By Guest Blogger, Donna DeClemente, Donna's Promo Talk
It is now the day after. The election is over and we have all the results except for a few too close to call. We now don't have to be bombarded anymore with the negative ads and propaganda. There were many angry politicians out to smear their competition on both sides this year. So I hope we can all put it behind us and pull together to help make us all proud of this country.
Social media played an much more prominent role in this year's election than in 2008. If you visited Facebook at all yesterday you would have seen at the top of the page their official app that asked if you had voted yet. The app also helped you locate the nearest polling place and gave you a badge that you could post on your wall and into friends' newsfeeds to show that you had voted. I posted it on my wall, did you?
Facebook also has created an official U.S. Politics on Facebook page that highlights the use of Facebook by politicians, elected officials, and political campaigns. The Page also shares tips and best practices as well as news from Facebook and live streaming video coverage on election night from ABC News under the "Vote 2010" tab. The tab enables you to invite your friends to also watch the coverage on this page.
According to the Pew Research Center for the People & the Press, typical turnout for midterm elections is only around 40%. So, did Facebook help get more people to the polls this year? Facebook has reported that more than 12 million people clicked the "I Voted" button yesterday compared to about 5.4 million in 2008. Also, did Facebook popularity help in predicting Election Night winners? The Facebook political team's initial snapshot of 98 House races shows that 74% of candidates with the most Facebook fans won their contests. In the Senate, their initial snapshot of 19 races shows that 81% of candidates with the most Facebook fans won their contests.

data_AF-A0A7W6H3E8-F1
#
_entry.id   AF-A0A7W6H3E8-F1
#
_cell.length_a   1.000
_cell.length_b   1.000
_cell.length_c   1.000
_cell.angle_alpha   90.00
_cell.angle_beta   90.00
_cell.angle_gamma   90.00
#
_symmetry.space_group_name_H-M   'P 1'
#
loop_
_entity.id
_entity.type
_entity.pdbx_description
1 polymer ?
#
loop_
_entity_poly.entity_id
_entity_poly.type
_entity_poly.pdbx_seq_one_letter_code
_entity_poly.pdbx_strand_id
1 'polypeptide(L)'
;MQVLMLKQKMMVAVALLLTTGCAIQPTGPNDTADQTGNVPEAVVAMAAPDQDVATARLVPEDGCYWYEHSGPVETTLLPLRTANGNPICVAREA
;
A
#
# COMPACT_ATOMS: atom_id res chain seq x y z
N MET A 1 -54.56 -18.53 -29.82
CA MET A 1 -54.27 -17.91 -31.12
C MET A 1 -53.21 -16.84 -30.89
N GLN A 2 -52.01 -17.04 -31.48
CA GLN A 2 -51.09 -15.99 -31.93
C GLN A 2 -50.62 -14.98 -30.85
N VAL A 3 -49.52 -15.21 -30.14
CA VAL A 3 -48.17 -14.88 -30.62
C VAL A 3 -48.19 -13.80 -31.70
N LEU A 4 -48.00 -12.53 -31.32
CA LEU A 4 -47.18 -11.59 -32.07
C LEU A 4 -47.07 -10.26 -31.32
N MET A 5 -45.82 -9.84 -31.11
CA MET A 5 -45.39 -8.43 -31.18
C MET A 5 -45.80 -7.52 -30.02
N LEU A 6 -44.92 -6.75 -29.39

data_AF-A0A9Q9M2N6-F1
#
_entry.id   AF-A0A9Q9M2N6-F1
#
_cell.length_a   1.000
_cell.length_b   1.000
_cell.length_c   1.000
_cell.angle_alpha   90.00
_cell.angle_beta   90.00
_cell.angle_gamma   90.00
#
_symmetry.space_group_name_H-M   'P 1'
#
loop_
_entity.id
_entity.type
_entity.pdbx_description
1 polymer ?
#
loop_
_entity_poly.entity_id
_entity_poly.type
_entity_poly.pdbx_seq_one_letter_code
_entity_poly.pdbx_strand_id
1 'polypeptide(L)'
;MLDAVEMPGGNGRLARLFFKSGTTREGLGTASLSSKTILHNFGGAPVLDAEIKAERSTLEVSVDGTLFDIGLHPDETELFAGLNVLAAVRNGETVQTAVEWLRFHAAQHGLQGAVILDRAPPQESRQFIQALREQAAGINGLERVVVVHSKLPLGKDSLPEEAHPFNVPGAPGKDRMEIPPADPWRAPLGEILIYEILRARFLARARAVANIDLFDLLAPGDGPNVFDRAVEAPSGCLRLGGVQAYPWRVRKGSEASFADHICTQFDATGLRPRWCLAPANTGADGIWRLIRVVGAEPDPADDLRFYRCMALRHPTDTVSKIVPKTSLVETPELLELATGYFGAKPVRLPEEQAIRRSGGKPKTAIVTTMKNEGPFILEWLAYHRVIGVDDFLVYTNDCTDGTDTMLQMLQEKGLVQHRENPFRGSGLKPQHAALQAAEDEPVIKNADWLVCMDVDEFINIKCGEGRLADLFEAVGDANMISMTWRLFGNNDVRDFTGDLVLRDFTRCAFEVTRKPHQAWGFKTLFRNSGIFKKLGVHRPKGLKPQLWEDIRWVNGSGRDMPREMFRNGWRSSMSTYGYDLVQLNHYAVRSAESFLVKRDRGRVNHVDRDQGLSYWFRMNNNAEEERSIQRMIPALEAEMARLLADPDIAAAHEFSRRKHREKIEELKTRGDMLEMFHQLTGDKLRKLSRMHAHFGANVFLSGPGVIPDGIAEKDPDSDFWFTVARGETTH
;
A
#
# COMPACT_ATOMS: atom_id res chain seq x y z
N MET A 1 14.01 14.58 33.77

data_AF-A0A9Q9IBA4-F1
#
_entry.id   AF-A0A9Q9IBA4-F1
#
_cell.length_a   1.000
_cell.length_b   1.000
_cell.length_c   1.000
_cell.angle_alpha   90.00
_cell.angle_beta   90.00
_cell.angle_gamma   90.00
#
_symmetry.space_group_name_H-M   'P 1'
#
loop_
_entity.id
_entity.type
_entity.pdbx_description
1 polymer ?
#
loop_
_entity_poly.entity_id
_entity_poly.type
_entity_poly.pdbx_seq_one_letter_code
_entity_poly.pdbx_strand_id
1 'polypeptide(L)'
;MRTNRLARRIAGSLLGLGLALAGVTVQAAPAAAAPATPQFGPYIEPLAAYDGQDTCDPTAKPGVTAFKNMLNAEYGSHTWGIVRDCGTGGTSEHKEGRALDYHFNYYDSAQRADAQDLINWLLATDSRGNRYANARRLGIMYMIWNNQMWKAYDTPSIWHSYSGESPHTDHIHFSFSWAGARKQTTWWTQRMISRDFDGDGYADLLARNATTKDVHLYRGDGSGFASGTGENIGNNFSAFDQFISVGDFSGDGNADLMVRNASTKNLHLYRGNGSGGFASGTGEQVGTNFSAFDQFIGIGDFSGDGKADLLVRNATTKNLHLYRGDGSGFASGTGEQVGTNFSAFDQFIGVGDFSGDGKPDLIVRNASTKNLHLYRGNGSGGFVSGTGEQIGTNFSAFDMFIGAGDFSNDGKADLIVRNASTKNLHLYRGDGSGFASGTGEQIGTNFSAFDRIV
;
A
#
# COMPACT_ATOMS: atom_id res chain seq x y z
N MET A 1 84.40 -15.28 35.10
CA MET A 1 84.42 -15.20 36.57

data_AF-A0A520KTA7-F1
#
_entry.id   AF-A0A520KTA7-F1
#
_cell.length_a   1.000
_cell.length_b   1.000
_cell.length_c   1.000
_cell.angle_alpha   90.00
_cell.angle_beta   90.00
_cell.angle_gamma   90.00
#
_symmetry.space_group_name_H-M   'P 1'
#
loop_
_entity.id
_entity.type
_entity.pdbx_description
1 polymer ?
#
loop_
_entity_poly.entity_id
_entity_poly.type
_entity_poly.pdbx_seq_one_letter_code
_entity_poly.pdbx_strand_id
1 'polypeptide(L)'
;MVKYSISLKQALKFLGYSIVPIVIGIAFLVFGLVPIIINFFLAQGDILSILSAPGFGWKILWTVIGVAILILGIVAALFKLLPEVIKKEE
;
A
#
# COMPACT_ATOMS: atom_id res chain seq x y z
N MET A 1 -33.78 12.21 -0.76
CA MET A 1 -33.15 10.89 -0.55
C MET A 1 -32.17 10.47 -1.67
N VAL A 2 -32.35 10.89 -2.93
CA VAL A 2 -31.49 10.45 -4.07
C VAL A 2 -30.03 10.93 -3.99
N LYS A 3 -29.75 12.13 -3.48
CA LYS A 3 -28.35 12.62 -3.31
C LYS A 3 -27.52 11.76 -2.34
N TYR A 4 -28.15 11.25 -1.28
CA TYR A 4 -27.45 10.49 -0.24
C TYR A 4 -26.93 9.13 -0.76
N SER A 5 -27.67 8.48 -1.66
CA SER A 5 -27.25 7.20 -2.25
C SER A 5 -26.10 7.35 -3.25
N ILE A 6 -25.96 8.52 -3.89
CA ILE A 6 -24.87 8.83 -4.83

Twitter also was heavily involved in the election day coverage. There were several feeds people could follow such as the Democrats (@thedemocrats), the Republicans (@gopconference), the Tea Party (@TPPatriots), and the Libertarians (@LPNational). @CSPAN has also compiled comprehensive lists of all the House, Senate and gubernatorial candidates on Twitter.
The @WashingtonPost made news themselves as the first news organization to sponsor a Promoted Trend on Twitter. If you clicked on #Election on the Twitter.com home page you would have seen the Post’s election coverage from their page. The Washington Post Blog includes a link to a users' photo gallery where people can uploaded their "I Voted" badges.
Foursquare also got involved in this year's election day with their location-based social media tool. They offered users a special limited-edition "iVoted" badge to display. Foursquare users earned the badge by checking in at the polling station and including #ivoted in their "shout out." As of noon on Tuesday PST, Foursquare users had registered 12,544 polling stations as places to check in, and recorded a total of 21,166 actual check-ins, or roughly two check-ins per venue.
So what role do you think social media will play in the 2012 elections? Anyone what to give us some of your predictions? I'm sure the campaign wheels are starting to turn already. Hey this is what democracy and freedom of speech is all about, right?